Welcome to It-Slav.Net blog
Peter Andersson
peter@it-slav.net

I've already got a female to worry about. Her name is the Enterprise.
-- Kirk, "The Corbomite Maneuver", stardate 1514.0

When using a database that are business critical it can be a good idea to monitor the internals. This article describe how-to monitor MySql with Nagios or op5 Monitor. In these case it runs a MythTV system but it could be almost anything.


Pre requirements

The pre requriements for this article is a working Nagios or op5 Installation and a working MySql database.


Plugin

The plugin used in this article is: http://www.consol.de/opensource/nagios/check-mysql-health

Unfortunatly the webpage is in German only.


Enable MySql to retrive information

mysql> grant usage on *.* to 'nagios'@'op5' identified by 'XXXX-';

op5 is the nagios hostname.


Download the plugin, install and test

Download the plugin from http://www.consol.de/fileadmin/opensource/Nagios/check_mysql_health-2.0.4.tar.gz

I put it into /opt/plugins/custom/check_mysql_health at the Nagios server.

Test the command by running at the Nagios server:

[root@op5 custom]# ./check_mysql_health -H mysqlhost --user nagios --password XXXX  --mode threads-connected
 OK - 5 client connection threads | threads_connected=5;10;20

It works!!

To get a list of what the check_mysql_health plugin can monitor run:

[root@op5 custom]# ./check_mysql_health --help


Configure Nagios or op5 Monitor

I find the following parameters interesting to monitor:

  • connection-time
  • keycache-hitrate
  • qcache-hitrate
  • tablecache-hitrate
  • threadcache-hitrate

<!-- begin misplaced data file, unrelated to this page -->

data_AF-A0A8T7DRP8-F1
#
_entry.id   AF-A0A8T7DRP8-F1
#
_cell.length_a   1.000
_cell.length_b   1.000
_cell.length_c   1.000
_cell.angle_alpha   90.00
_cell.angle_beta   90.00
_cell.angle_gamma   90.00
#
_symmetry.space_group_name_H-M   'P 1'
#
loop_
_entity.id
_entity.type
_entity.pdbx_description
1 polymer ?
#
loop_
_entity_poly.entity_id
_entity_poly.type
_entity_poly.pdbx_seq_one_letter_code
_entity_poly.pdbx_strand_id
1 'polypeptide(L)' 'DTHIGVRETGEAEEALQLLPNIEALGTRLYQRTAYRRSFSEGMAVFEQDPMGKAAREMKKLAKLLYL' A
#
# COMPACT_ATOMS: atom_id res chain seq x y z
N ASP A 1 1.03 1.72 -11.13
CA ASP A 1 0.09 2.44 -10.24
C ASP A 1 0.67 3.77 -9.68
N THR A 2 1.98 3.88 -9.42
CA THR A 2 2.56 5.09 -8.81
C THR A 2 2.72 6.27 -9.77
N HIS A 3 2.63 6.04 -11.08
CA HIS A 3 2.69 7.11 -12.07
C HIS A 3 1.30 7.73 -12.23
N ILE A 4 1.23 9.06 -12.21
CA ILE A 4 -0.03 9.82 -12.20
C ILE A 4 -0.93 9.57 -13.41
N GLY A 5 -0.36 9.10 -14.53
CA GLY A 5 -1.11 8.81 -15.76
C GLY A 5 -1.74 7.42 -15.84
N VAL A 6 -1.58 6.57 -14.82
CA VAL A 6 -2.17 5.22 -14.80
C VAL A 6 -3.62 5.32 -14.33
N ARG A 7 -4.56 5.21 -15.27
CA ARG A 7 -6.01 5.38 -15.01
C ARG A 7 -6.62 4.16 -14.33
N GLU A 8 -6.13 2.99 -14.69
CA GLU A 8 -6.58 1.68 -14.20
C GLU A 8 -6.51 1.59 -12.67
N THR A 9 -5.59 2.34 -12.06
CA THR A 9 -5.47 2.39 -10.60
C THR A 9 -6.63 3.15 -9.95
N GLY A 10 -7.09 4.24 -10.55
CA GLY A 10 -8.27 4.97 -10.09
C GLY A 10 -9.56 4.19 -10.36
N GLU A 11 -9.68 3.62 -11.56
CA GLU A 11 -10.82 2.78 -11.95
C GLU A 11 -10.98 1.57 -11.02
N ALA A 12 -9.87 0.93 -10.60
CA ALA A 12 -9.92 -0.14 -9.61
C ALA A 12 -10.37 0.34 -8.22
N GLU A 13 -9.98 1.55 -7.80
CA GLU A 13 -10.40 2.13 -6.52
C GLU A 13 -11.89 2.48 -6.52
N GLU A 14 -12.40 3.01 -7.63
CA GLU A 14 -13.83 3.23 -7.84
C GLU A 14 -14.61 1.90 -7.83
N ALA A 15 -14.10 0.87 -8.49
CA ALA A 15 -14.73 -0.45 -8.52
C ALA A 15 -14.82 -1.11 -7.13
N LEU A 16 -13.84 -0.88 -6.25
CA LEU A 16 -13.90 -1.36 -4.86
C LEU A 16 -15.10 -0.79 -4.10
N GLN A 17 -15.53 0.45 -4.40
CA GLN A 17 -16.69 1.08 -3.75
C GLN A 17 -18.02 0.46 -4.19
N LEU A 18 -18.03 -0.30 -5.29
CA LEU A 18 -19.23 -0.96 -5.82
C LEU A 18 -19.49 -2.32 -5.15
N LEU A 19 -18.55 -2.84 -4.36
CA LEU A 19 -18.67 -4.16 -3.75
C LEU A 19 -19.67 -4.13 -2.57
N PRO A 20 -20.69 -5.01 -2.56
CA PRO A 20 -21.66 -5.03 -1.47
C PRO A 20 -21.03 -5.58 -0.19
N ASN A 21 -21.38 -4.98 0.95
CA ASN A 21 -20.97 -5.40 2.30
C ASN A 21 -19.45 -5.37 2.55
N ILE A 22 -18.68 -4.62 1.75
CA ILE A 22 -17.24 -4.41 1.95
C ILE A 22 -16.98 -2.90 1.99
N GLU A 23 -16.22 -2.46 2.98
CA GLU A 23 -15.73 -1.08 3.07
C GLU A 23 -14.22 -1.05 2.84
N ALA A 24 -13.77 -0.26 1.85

• tmp-disk-tables

checkcommands.cfg

# command 'check_mysql_health'
 define command{
 command_name                   check_mysql_health
 command_line                   $USER1$/custom/check_mysql_health -H $HOSTADDRESS$ --user $ARG1$ -password $ARG2$ --mode $ARG3$
 }
# command 'check_mysql_health_tresholds'
 define command{
 command_name                   check_mysql_health_tresholds
 command_line                   $USER1$/custom/check_mysql_health -H $HOSTADDRESS$ --user $ARG1$ -password $ARG2$ --mode $ARG3$ --warning $ARG4$ --critical $ARG5$
 }


I created a servicegroup named mysql

servicegroups.cfg

# servicegroup 'mysql'
 define servicegroup{
 servicegroup_name              mysql
 alias                          MySQL
 }
I use the default thresholds in my servicedefinitions, but use check_mysql_health_thresholds instead if thresholds are required.
services.cfg
# service 'MySQL connection-time'
 define service{
 use                            default-service
 host_name                      lala
 service_description            MySQL connection-time
 check_command                  check_mysql_health!nagios!XXXX!connection-time
 servicegroups                  mysql
 contact_groups                 it-slav_msn,it-slav_mail,call_it-slav
 }
# service 'MySQL keycache-hitrate'
 define service{
 use                            default-service
 host_name                      lala
 service_description            MySQL keycache-hitrate
 check_command                  check_mysql_health!XXXX!keycache-hitrate
 servicegroups                  mysql
 contact_groups                 it-slav_msn,it-slav_mail,call_it-slav
 }
# service 'MySQL qcache-hitrate'
 define service{
 use                            default-service
 host_name                      lala
 service_description            MySQL qcache-hitrate
 check_command                  check_mysql_health!nagios!XXXX!qcache-hitrate
 servicegroups                  mysql
 contact_groups                 it-slav_msn,it-slav_mail,call_it-slav
 }
# service 'MySQL tablecache-hitrate'
 define service{
 use                            default-service